Leibniz-Institute of Freshwater Ecology & Inland Fisheries (IGB) & President, Austrian Science Fund (FWF)
Klement Tockner studied zoology and botany at the University of Vienna, where he received his PhD in 1993 with a dissertation on the ecology of the shores of the Austrian Danube. From 1993 to 1994 he worked as water management advisor in Rwanda and Uganda. He then returned to the University of Vienna as a postdoctoral fellow.
In 1996, he moved to ETH Zurich as a senior assistant, where he was appointed titular professor in 2005. From 1997 to 2007 he headed a research group on freshwater biodiversity and wetland ecology at the Federal Institute for Water Supply, Wastewater Treatment and Water Protection (EAWAG). In 2002 he was a JSPS Fellow at Tohoku University (Japan), and in 2004/05 he was a visiting scholar at the Cary Institute of Ecosystem Studies in Millbrook, New York. In 2007, he became director of the Leibniz Institute for Freshwater Ecology and Inland Fisheries in Berlin and professor for aquatic ecology at the Freie Universität Berlin. In May 2016, Klement Tockner was elected as president of the Austrian Science Fund FWF for a four years term (renewable).
He has special expertise in freshwater biodiversity, ecosystem functioning and river and wetland management. He is Co-Editor of the journal Aquatic Sciences and Subject Editor of the journal Ecosystems. He has published more than 200 scientific papers including 120 ISI papers. In 2009, he edited a comprehensive book on European Rivers (Rivers of Europe, Elsevier). Klement Tockner has successfully managed large inter- and transdisciplinary projects (e.g. EC-funded project BioFresh). He is member of several scientific committees and advisory boards including the National Institute for Environmental Studies (NIES, Japan). He is elected member of the Austrian Academy of Sciences and the German Academy of Sciences (Leopoldina).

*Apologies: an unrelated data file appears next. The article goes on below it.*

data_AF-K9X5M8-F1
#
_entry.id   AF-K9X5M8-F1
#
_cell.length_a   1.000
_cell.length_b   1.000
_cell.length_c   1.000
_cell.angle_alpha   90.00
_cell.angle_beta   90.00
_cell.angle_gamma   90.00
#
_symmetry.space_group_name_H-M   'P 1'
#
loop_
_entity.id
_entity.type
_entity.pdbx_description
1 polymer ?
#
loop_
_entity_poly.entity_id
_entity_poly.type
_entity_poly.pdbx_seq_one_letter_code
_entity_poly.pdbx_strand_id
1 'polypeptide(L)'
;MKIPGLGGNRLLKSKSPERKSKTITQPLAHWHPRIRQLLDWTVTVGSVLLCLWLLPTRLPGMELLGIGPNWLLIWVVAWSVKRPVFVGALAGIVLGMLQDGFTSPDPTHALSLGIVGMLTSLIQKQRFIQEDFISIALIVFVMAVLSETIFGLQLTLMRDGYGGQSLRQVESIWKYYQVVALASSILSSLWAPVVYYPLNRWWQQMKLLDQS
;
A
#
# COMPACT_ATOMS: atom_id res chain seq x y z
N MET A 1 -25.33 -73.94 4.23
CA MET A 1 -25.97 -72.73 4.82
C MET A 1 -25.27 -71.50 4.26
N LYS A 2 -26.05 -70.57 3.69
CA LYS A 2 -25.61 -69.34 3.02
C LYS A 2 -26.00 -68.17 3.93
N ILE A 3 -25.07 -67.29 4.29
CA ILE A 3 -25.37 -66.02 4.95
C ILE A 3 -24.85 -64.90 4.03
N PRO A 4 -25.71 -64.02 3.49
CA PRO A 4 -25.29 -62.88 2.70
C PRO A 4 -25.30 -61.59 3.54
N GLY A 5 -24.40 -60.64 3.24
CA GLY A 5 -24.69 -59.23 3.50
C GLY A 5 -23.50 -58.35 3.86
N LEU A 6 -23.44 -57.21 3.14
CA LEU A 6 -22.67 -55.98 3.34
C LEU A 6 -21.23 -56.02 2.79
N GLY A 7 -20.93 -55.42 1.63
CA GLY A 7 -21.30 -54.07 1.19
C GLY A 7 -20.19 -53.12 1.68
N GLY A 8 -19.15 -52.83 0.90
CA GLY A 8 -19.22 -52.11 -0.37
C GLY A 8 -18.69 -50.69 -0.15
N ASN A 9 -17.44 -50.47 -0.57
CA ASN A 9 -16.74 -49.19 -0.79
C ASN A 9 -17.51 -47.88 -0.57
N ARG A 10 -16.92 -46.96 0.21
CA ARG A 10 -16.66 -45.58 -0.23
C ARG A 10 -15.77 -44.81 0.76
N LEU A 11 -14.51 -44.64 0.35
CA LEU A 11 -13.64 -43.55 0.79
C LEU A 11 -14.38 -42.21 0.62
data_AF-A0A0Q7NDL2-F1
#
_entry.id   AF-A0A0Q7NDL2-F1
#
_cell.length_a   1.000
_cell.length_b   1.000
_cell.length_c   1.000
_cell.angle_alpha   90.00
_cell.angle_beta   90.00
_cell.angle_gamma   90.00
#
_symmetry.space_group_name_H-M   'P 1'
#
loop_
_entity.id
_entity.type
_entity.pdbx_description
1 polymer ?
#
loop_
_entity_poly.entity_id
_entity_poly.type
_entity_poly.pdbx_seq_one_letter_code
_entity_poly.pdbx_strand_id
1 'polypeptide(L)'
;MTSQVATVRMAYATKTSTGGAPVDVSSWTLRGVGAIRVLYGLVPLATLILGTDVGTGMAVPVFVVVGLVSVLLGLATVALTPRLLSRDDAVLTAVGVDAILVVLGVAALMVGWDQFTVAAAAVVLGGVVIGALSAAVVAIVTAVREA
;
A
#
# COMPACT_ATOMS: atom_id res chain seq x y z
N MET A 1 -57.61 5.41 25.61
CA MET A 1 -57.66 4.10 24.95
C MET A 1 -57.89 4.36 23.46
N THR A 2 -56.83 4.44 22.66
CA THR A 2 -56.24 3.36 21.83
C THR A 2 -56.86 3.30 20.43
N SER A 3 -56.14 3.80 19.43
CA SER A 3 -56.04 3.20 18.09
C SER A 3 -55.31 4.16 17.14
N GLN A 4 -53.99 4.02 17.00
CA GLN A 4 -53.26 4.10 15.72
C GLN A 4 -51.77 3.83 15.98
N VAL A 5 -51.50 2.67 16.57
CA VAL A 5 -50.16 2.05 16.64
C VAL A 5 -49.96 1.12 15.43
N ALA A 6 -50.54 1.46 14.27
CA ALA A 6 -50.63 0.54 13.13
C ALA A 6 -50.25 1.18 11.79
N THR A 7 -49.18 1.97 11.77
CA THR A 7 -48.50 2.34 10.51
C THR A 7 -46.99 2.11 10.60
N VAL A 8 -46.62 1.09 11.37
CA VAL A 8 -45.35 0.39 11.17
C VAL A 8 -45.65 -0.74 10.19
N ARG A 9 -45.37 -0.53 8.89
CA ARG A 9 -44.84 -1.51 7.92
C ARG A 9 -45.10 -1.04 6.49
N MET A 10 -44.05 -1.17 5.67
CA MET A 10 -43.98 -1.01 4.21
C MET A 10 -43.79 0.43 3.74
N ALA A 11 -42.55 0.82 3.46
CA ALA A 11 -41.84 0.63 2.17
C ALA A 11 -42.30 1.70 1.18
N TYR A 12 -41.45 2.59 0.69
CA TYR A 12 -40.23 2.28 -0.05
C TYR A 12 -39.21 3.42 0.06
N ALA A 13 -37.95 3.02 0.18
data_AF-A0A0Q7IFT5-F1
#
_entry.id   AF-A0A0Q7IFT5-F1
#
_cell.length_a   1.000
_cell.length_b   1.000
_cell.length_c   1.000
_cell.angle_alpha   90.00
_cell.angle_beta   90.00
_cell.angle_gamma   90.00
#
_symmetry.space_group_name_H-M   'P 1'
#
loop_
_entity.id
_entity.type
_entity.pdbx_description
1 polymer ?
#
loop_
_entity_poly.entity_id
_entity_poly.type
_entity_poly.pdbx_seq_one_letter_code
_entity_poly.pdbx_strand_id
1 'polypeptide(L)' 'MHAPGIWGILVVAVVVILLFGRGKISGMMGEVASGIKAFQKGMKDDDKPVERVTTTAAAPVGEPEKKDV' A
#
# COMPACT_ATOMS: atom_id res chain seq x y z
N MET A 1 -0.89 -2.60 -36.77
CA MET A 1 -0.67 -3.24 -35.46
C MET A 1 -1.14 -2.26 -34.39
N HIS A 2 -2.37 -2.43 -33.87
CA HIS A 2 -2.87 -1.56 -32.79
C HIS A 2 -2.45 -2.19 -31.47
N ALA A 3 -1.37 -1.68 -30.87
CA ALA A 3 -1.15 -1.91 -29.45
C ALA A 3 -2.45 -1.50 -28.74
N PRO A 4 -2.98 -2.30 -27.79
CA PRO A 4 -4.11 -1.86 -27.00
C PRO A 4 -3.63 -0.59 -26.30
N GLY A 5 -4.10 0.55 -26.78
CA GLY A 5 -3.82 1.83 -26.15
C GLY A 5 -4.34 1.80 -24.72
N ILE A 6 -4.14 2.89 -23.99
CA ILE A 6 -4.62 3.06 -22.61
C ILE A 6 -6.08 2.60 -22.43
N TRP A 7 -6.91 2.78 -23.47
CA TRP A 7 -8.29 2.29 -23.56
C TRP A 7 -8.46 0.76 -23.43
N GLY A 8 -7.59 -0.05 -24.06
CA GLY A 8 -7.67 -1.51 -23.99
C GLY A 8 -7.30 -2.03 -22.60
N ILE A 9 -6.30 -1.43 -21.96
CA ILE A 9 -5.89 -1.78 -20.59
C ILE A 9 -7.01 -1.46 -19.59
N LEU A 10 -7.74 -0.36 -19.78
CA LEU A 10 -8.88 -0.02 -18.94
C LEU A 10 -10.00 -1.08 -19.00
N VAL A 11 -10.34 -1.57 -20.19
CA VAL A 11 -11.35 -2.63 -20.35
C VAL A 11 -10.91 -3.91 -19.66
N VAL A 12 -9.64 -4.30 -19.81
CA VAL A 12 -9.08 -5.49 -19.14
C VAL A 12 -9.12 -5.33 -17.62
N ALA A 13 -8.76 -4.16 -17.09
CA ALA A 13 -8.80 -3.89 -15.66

The keynote talk by Klement Tockner will be on Tuesday, Sept. 10th at the auditorium TÜWI
An engineered water future?
We most likely are just at the beginning of the “great acceleration” of the Anthropocene and therefore underestimate the immense environmental alterations we will face in the near future, in particular in the water sector. For example, humans re-engineer the global hydrological network through the construction of large dams, water transfer megaprojects, and other engineering projects. However, many engineering projects–in particular so-called megaprojects–are high-risk projects because they require major financial investments, demand long time frames from planning to completion, and have major socio-economic and ecological ramifications. Hence, we need internationally agreed criteria to assess the ecological, social and economic impacts of megaprojects; and freshwaters need to be managed as hybrid systems, i.e. as a resource for human use as well as extremely valuable ecosystems.